Rolling out the dumplings

October 13, 2004|by ANDREA ROWLAND

MERCERSBURG, Pa. - Phyllis Ishler of Mercersburg expects the requests to start rolling in when the Tri-State area apple harvest begins each autumn. Everybody loves her apple dumplings.

Ishler folds thinly sliced and spiced Stayman apples in homemade dough, covers the dumplings with a cinnamony sweet syrup and bakes them until the apple centers are tender, the crusty exteriors cooked through and the syrup bubbly.

"It's almost like a custard dumpling to me," said Ishler, who inherited the delectable dumpling recipe from her husband Vince's grandmother, the late Jewel Harshberger of Buffalo Run, Pa., soon after the couple was married in 1977.


"The grandmothers would come to Florida to visit and we baked all the time," Ishler said. "One of the memories I have left of Grammy is her dumplings."

Practice made perfect.

Ishler said she made the dumplings with Harshberger many times before she nailed her mentor's technique. Keep the syrup warm. Roll the dough thin. Avoid handling the dough too much. Slice the apples into slivers. Harshberger never wrote her recipes down, so Ishler never knew when to stop peeling apples.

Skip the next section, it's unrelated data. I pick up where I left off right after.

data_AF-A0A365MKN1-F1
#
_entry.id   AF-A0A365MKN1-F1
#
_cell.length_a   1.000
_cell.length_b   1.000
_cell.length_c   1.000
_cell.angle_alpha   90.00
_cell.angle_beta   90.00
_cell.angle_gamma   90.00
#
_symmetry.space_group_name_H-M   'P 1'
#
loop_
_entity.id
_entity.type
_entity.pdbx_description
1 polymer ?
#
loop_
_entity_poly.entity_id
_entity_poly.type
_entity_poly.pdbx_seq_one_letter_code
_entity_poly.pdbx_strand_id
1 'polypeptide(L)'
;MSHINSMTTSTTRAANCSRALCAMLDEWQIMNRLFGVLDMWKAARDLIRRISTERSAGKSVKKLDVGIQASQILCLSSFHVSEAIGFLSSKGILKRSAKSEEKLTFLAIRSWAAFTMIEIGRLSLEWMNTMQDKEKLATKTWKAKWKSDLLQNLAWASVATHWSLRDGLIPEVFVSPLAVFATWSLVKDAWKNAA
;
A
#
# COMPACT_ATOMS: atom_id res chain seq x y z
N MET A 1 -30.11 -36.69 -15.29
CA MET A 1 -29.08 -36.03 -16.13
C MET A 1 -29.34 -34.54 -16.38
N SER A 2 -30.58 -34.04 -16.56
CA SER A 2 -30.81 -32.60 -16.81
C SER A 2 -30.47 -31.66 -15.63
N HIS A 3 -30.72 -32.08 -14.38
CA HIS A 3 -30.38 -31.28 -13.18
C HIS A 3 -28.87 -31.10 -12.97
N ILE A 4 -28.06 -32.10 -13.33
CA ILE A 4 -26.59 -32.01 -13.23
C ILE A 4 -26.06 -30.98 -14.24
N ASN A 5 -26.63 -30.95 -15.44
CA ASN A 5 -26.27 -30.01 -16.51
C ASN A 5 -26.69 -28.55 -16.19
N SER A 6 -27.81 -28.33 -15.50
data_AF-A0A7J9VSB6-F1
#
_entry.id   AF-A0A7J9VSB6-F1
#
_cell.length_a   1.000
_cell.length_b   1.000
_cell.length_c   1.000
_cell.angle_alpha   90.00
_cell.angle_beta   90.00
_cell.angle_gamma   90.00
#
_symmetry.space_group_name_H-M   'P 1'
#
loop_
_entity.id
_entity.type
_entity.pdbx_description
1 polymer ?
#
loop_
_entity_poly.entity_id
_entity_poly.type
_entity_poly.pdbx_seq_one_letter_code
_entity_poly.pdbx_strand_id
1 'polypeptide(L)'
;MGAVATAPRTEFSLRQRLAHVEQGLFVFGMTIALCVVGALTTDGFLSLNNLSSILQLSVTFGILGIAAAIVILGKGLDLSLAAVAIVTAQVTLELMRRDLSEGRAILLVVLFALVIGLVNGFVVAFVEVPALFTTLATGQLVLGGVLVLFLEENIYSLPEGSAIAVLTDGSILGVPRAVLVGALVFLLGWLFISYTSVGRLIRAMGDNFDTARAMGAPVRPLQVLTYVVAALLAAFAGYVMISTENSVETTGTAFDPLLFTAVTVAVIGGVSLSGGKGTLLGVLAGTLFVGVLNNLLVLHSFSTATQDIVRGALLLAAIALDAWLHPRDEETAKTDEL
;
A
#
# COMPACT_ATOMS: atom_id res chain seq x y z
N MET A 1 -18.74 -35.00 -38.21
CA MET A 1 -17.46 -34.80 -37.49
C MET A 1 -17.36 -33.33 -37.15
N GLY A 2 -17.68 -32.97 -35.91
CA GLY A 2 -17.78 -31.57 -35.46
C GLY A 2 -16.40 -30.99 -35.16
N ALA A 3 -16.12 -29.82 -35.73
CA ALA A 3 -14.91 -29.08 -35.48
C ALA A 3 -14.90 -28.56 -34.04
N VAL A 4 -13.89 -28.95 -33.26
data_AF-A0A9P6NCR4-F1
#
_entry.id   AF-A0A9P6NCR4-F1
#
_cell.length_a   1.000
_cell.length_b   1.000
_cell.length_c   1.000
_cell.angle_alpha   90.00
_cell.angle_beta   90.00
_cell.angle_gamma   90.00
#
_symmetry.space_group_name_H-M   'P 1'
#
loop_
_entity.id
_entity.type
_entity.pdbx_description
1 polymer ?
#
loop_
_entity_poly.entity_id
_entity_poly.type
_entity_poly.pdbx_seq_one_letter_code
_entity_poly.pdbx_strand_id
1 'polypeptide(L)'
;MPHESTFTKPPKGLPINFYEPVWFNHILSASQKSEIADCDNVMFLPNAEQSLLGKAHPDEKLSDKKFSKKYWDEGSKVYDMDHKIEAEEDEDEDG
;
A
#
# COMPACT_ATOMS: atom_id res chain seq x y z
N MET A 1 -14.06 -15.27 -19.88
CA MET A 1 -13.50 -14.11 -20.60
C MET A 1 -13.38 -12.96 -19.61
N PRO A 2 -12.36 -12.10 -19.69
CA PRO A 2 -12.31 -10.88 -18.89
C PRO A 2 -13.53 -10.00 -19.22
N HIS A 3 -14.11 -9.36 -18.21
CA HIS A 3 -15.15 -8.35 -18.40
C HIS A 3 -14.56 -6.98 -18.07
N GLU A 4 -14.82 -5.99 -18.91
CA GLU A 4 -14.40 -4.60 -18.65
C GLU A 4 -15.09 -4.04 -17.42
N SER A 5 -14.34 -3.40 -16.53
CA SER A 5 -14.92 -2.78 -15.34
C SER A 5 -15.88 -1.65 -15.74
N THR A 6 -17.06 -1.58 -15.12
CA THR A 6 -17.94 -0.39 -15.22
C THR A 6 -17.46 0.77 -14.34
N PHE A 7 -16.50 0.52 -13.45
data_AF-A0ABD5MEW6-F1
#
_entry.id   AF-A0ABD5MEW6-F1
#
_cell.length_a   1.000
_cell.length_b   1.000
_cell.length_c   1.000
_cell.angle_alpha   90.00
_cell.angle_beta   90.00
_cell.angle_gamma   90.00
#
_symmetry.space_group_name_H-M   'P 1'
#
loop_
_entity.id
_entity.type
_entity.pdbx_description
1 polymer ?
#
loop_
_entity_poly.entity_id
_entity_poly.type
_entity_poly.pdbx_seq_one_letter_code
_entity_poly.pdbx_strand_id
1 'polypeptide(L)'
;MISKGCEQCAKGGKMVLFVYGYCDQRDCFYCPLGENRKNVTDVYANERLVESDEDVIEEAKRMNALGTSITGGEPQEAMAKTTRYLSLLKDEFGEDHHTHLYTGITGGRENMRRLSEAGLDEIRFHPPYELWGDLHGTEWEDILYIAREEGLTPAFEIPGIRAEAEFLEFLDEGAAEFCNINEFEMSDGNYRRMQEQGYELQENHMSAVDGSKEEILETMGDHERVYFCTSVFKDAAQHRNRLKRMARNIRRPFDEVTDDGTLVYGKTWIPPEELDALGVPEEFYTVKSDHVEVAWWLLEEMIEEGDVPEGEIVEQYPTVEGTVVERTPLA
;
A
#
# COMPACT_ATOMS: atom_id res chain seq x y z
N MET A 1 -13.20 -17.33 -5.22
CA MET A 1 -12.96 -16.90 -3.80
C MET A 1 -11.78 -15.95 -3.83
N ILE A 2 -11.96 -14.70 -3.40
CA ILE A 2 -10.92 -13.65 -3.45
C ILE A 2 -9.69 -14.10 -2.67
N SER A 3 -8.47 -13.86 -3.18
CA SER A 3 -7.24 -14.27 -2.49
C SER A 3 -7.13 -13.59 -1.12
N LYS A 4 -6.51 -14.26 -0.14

"Grammy Jewel always said, 'A happy dumpling is a fat dumpling. Keep peeling,'" Ishler said.

She uses Stayman apples because they aren't too sweet, and they stay firm when baked. Gala apples also work well, Ishler said. Though Granny Smith apples often are recommended for pies, Ishler said they tend to produce mushy dumplings.

Ishler has passed the family's apple dumpling tradition along to her granddaughter, 8-year-old Hope Ishler. A photo in the Ishlers' rustic farmhouse shows a younger Hope sitting on the kitchen counter with a rolling pin, flour and other dumpling fixings.

"She used to love helping Nanny make dumplings," Ishler said.

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